Not Eggs-actly!: Duck and Goose by Tad Hills
In a feathered "finders-keepers, losers-weepers" squabble, a little duck and a little goose find a large, roundish, spotted object in the field. It's an egg, right? In their limited experience, it's an egg, and they immediately dispute ownership. Duck "saw it first," but goose "touched it first."
The quarrel threatens to turn a bit testy until the two begin to think about the baby growing inside their egg. Protectively, Duck and Goose scramble to sit atop the egg to keep it warm, and both manage to perch precariously back-to-back on top.
"Scoot over. I don't have any room," complained Duck.
"You are much closer to me than I am to you."
"Stop yelling in my ear, Goose!"
"Shhhh..." Goose hushed, pointing at the round thing beneath them.
Quietly, Duck and Goose continue their quarrel about ownership of the baby inside the egg. Duck insists that it must be taught to quack. Goose insists that honking is the way to go. But then the two pseudo-parents come to common ground.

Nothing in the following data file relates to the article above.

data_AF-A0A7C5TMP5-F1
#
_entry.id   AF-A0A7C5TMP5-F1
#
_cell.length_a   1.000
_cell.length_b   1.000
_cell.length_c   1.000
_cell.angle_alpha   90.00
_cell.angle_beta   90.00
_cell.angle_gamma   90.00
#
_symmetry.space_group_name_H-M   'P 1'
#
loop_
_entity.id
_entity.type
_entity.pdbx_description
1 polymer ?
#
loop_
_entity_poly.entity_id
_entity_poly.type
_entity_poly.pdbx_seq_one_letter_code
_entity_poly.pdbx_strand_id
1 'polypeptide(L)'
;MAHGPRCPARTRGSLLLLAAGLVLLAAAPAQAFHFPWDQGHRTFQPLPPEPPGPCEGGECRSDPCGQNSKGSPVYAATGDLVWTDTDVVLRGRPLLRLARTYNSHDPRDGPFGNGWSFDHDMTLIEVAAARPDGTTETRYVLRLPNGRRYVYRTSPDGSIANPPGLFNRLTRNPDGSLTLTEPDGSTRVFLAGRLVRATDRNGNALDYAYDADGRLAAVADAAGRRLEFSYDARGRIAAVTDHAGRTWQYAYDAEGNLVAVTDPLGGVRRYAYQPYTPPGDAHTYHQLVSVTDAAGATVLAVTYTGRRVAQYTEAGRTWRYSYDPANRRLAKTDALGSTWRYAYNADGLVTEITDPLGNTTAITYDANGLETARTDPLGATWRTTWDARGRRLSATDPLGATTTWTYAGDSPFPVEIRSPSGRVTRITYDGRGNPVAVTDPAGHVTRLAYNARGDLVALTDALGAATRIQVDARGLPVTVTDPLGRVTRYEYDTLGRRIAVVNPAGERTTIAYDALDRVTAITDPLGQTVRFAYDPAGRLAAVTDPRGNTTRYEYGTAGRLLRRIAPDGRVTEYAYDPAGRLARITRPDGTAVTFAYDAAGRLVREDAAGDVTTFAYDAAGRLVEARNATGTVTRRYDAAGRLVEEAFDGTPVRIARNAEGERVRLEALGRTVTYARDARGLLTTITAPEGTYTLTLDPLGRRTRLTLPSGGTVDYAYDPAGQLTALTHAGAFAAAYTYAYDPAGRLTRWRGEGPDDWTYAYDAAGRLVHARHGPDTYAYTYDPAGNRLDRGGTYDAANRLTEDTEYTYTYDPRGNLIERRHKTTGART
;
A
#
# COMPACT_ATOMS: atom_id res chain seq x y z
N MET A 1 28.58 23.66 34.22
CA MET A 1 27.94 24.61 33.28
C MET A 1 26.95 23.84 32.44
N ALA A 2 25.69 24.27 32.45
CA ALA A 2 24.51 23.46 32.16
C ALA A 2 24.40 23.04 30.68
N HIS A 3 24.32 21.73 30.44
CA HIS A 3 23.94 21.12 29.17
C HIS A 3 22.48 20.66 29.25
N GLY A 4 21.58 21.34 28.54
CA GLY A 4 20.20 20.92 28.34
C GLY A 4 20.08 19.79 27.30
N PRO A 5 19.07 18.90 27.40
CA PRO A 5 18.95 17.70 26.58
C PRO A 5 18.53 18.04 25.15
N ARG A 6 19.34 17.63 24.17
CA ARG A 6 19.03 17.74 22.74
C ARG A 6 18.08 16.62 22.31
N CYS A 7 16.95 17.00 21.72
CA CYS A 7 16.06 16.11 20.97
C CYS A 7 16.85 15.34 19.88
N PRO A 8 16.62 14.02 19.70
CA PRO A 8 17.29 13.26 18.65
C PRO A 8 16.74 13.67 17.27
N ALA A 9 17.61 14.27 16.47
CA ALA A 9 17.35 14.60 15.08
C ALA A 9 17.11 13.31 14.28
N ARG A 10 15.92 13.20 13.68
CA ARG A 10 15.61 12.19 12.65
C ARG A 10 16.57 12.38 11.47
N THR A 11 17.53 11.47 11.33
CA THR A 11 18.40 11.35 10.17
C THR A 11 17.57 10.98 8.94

"I am going to teach the baby bird to waddle," Goose added.
"So am I," Duck said.
Duck and Goose agree that both of them can teach the baby to swim and fly, and the two sit patiently atop their charge, through sun and moon, rain and shine, as they await the big event.
Then one day, they feel something that means the big moment is coming. What to do? Goose suggests remaining calm. Then they notice a small bluebird giving the egg an experimental kick. She excuses herself and suggests that they play together. "I just thought that maybe I could play with your ball. It really is a nice one," she says.
"Did she say ball?" Goose gulps and whispers to Duck. The two ponder the unthinkable for a moment and immediately begin to spin the situation.
"I did have my doubts," said Duck.
"Yes, and I must say, I was somewhat suspicious of those big dots," Goose admitted.
With the resilience of their tender years, the two decide the ball is definitely a keeper, and immediately make the best of the outcome by kicking their new toy down the field, where "sometimes, it even flew."
Tad Hills' Duck and Goose, an ALA Notable Book, is sure to hit a nerve with children who have argued over possession rights and found a way to compromise and enjoy the fun. The bright, appealing illustrations and the absolutely simple silliness of the two little ones' rivalry over hatching a polka-dotted ball will have children giggling, "That's not an egg!" but laughing sympathetically all the way through.
For more Duck and Goose fun, see also Tad Hills' What's Up, Duck? and Duck & Goose, How Are You Feeling?